Regarding the visual novels, every new release is titled "_____ of the Golden Witch" (Legend, Turn, Banquet, Alliance, End, Dawn, Requiem and Twilight).
Sayonara Zetsubo Sensei's chapter titles are not "_______ has left me in despair!" as one would expect, but paraphrased or Punny Name versions of quotes and titles of various novels.
Gintama is full of this. Episode titles are generally whole sentences (if not paragraphs), often things like "When you're tired, eat something sour!" or "A life without gambling is like sushi without wasabi." They often constitute a bit of Fridge Logic, since they seem completely random until you really think about the episode. (Some are a bit more obvious though.)
Argento Soma's episode names are two words that progress from each other. "Rebirth and Death", "Death and the Maiden", "The Maiden and the Meeting", etc. It comes full circle with the last episode.
For the first ten episodes of season 2, "X" is "boku" (the first person pronoun Akihisa uses) for most of the episodes, with episode 8 using "uchi" instead (since the episode is focused on Minami's past). In episode 11, "X and Y" are "Yuuji and Shouko" since it's another flashback.
Chis Sweet Home begins every episode title with the titualar character's name and a comma, resulting in ungrammatical titles such as "Chi, Frolics About," and "Chi, Goes Outside." The passive voice is often used to shoehorn titles into the naming convention, as in, "Chi, Is Invited In." The English translation of the manga changes it to "a cat [does something]".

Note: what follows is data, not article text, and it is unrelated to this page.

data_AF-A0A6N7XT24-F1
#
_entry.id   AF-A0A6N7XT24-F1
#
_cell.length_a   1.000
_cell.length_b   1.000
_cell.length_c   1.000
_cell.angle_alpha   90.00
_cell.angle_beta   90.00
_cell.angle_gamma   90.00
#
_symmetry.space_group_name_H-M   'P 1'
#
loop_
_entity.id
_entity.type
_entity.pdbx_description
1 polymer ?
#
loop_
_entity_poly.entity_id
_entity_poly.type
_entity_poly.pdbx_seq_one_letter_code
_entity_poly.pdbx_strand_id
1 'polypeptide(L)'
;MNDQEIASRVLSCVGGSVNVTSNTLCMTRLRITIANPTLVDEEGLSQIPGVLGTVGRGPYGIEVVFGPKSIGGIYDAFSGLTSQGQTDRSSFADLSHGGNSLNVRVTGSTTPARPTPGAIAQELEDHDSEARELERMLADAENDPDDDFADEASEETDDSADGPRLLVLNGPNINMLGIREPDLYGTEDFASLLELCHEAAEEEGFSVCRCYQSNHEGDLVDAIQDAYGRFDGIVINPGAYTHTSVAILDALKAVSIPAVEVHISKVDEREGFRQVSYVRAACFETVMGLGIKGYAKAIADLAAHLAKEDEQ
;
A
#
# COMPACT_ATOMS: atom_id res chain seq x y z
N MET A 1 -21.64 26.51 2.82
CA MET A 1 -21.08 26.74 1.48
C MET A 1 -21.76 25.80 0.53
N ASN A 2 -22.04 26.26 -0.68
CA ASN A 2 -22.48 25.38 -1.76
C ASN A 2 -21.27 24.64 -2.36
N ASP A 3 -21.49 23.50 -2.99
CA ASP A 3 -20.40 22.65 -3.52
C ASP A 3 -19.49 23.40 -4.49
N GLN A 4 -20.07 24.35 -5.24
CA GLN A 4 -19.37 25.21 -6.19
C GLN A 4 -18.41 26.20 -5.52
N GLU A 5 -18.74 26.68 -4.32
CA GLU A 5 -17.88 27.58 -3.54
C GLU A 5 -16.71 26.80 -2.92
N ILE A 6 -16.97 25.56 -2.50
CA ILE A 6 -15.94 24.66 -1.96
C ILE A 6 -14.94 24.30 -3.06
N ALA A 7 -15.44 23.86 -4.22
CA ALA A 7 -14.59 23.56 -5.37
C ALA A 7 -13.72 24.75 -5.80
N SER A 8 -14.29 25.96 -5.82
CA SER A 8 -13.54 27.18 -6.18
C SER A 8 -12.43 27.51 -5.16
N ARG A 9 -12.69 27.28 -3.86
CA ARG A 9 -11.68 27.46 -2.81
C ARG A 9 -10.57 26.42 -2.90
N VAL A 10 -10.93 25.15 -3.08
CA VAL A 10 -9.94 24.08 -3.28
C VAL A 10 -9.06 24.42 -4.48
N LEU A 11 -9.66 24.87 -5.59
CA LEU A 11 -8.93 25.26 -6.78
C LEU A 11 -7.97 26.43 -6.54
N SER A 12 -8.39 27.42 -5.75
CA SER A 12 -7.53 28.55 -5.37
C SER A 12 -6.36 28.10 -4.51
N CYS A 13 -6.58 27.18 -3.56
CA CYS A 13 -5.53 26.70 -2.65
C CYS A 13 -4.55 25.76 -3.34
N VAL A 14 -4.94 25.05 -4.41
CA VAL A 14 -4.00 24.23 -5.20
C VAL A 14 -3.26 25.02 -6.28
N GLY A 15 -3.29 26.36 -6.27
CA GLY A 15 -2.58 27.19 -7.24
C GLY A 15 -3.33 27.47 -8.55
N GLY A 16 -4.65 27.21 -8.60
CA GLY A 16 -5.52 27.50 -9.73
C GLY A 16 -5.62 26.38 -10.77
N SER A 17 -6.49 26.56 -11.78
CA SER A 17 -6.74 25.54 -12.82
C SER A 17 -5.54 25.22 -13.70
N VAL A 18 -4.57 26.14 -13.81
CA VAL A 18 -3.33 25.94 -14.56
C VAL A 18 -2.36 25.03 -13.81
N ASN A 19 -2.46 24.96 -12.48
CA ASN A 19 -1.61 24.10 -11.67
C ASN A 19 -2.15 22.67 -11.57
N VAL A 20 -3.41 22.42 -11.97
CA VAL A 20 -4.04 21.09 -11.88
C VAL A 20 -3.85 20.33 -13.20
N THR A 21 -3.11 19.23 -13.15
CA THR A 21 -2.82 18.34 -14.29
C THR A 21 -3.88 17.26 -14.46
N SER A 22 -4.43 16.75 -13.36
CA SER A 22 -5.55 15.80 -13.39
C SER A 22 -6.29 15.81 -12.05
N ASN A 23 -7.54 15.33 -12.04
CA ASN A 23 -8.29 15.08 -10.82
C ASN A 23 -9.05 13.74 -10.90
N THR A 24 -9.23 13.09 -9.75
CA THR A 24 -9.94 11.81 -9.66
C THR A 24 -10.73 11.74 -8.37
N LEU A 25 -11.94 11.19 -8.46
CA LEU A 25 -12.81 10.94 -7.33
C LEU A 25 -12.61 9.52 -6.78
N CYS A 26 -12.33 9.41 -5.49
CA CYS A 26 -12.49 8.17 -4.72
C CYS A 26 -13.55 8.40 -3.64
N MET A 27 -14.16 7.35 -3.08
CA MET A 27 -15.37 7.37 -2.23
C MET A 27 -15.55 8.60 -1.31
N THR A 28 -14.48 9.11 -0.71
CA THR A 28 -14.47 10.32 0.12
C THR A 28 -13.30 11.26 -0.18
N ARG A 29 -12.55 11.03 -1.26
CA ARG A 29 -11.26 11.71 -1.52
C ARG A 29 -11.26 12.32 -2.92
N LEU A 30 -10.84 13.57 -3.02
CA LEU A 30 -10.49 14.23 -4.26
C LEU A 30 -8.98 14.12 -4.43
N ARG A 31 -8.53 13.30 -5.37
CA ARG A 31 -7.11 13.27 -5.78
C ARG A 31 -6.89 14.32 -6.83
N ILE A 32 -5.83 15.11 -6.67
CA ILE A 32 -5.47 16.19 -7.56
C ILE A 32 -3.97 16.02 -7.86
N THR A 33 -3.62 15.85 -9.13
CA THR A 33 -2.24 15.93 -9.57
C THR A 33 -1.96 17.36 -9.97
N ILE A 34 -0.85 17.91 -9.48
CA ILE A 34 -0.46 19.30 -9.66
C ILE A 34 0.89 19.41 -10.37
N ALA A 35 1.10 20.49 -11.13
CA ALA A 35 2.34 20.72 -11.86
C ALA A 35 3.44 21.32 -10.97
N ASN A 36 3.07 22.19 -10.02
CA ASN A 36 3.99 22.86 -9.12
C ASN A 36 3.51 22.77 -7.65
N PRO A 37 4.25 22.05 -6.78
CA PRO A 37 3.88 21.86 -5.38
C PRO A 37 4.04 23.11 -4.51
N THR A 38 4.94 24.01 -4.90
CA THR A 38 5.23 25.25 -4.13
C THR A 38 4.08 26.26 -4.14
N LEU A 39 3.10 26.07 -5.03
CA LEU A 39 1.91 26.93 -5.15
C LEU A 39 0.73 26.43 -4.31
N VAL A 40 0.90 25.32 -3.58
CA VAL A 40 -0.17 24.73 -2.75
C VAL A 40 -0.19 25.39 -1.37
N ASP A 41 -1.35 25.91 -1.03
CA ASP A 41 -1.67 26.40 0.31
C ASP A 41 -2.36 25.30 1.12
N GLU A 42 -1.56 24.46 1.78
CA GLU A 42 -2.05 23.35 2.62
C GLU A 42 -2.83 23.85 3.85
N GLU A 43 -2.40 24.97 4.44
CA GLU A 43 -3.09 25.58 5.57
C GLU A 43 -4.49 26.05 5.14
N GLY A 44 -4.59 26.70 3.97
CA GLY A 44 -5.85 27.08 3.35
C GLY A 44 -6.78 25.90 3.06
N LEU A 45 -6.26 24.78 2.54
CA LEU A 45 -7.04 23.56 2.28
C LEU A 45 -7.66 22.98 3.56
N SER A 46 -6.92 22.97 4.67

Shinryaku! Ika Musume chapters are all questions or requests like "May I Invade You?" or "Aren't you burnt?". The reason being that in Japanese all the chapter titles end in "naika", with 'ika' in katakana. Ika means squid, and the main character is basically a squid-girl, so......
Although it's not apparent from the English translation, all episodes titles of Kemonozume contain references to taste and various flavors. (The first episode is titled "The First Taste" and the last one is "The Flavor Doesn't Matter.")
Every chapter in Ame Nochi Hare is suffixed with hPa, which stands for hectopascal, and is used by meteorologists as a unit of measurement for air pressure. This is relevant to the plight of the five protagonists who will transform into girls whenever it rains.
Ghost in the Shell: Stand Alone Complex employed two conventions. The first was that each episode (in the Japanese iteration) had an English title and a Japanese title, the English title being all caps and often only vaguely relevant to the episode at hand, while the Japanese title is more descriptive. The other convention is that in the first season they label each episode as a Standalone episode (title screen green) or a Complex episode (title screen blue), to show whether or not they fall into the overlying arc of the first season, while in 2nd Gig, they label they episodes as Individual, Dividual, or Dual, to show that episode's relation to the arc.
Boku wa Tomodachi ga Sukunai uses the characters for the show's own canonical portmanteau name — "Haganai" (はがない), itself derived from "Boku wa Tomodachi ga Sukunai ("wa" and "ha" are interchangeable in Japanese) — on its episode titles, followed by a ShiftJIS emoticon frequently seen on Japanese Message Boards.
Rosario + Vampire uses the hella predictable + sign in the name to make it's episodes. X + Vampire.
The episode titles of Saiunkoku Monogatari are all common proverbs. During the first season, someone always Title Dropped the proverb in dialogue, though the practice was mostly abandoned for the second season (probably because of how forced some of the Title Drops were).